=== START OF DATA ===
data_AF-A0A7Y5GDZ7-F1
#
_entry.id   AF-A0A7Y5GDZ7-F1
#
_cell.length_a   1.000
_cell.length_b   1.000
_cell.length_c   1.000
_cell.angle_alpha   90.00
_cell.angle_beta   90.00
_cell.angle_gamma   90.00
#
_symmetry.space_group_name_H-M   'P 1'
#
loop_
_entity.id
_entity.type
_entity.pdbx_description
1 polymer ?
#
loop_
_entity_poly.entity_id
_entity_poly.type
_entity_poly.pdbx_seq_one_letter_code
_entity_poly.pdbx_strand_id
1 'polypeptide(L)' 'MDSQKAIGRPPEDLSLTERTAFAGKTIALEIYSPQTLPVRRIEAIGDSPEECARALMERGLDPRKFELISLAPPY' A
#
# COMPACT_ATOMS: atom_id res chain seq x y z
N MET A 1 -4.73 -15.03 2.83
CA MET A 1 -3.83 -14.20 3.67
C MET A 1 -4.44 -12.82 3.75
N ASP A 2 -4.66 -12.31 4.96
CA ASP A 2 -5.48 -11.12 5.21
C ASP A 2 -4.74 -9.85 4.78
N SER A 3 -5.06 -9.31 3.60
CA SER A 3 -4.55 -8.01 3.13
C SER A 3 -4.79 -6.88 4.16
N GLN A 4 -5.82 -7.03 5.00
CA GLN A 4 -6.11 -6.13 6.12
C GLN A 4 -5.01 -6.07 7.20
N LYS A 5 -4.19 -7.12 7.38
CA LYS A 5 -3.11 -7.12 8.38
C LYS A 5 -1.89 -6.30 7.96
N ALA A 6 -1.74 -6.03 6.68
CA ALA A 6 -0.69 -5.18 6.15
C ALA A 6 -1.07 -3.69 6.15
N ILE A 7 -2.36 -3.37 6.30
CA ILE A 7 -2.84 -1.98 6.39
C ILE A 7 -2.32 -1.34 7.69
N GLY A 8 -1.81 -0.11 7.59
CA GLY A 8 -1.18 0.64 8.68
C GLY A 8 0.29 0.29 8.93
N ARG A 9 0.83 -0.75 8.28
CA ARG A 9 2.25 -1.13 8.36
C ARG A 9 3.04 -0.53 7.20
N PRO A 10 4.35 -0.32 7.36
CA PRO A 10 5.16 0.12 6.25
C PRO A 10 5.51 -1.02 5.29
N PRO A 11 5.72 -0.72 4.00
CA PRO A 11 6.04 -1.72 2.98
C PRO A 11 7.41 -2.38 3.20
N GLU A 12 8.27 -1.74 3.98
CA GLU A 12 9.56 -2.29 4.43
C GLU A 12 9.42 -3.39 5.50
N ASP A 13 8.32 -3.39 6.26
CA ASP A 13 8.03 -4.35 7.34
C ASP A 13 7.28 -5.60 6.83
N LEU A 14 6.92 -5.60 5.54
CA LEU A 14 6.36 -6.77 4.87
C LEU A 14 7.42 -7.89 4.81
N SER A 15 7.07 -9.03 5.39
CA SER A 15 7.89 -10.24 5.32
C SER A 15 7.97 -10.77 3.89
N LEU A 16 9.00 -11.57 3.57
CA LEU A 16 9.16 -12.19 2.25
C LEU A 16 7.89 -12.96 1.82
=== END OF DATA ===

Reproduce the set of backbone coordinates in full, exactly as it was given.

data_AF-A0A7Y5GDZ7-F1
#
_entry.id   AF-A0A7Y5GDZ7-F1
#
_cell.length_a   1.000
_cell.length_b   1.000
_cell.length_c   1.000
_cell.angle_alpha   90.00
_cell.angle_beta   90.00
_cell.angle_gamma   90.00
#
_symmetry.space_group_name_H-M   'P 1'
#
loop_
_entity.id
_entity.type
_entity.pdbx_description
1 polymer ?
#
loop_
_entity_poly.entity_id
_entity_poly.type
_entity_poly.pdbx_seq_one_letter_code
_entity_poly.pdbx_strand_id
1 'polypeptide(L)' 'MDSQKAIGRPPEDLSLTERTAFAGKTIALEIYSPQTLPVRRIEAIGDSPEECARALMERGLDPRKFELISLAPPY' A
#
# COMPACT_ATOMS: atom_id res chain seq x y z
N MET A 1 -4.73 -15.03 2.83
CA MET A 1 -3.83 -14.20 3.67
C MET A 1 -4.44 -12.82 3.75
N ASP A 2 -4.66 -12.31 4.96
CA ASP A 2 -5.48 -11.12 5.21
C ASP A 2 -4.74 -9.85 4.78
N SER A 3 -5.06 -9.31 3.60
CA SER A 3 -4.55 -8.01 3.13
C SER A 3 -4.79 -6.88 4.16
N GLN A 4 -5.82 -7.03 5.00
CA GLN A 4 -6.11 -6.13 6.12
C GLN A 4 -5.01 -6.07 7.20
N LYS A 5 -4.19 -7.12 7.38
CA LYS A 5 -3.11 -7.12 8.38
C LYS A 5 -1.89 -6.30 7.96
N ALA A 6 -1.74 -6.03 6.68
CA ALA A 6 -0.69 -5.18 6.15
C ALA A 6 -1.07 -3.69 6.15
N ILE A 7 -2.36 -3.37 6.30
CA ILE A 7 -2.84 -1.98 6.39
C ILE A 7 -2.32 -1.34 7.69
N GLY A 8 -1.81 -0.11 7.59
CA GLY A 8 -1.18 0.64 8.68
C GLY A 8 0.29 0.29 8.93
N ARG A 9 0.83 -0.75 8.28
CA ARG A 9 2.25 -1.13 8.36
C ARG A 9 3.04 -0.53 7.20
N PRO A 10 4.35 -0.32 7.36
CA PRO A 10 5.16 0.12 6.25
C PRO A 10 5.51 -1.02 5.29
N PRO A 11 5.72 -0.72 4.00
CA PRO A 11 6.04 -1.72 2.98
C PRO A 11 7.41 -2.38 3.20
N GLU A 12 8.27 -1.74 3.98
CA GLU A 12 9.56 -2.29 4.43
C GLU A 12 9.42 -3.39 5.50
N ASP A 13 8.32 -3.39 6.26
CA ASP A 13 8.03 -4.35 7.34
C ASP A 13 7.28 -5.60 6.83
N LEU A 14 6.92 -5.60 5.54
CA LEU A 14 6.36 -6.77 4.87
C LEU A 14 7.42 -7.89 4.81
N SER A 15 7.07 -9.03 5.39
CA SER A 15 7.89 -10.24 5.32
C SER A 15 7.97 -10.77 3.89
N LEU A 16 9.00 -11.57 3.57
CA LEU A 16 9.16 -12.19 2.25
C LEU A 16 7.89 -12.96 1.82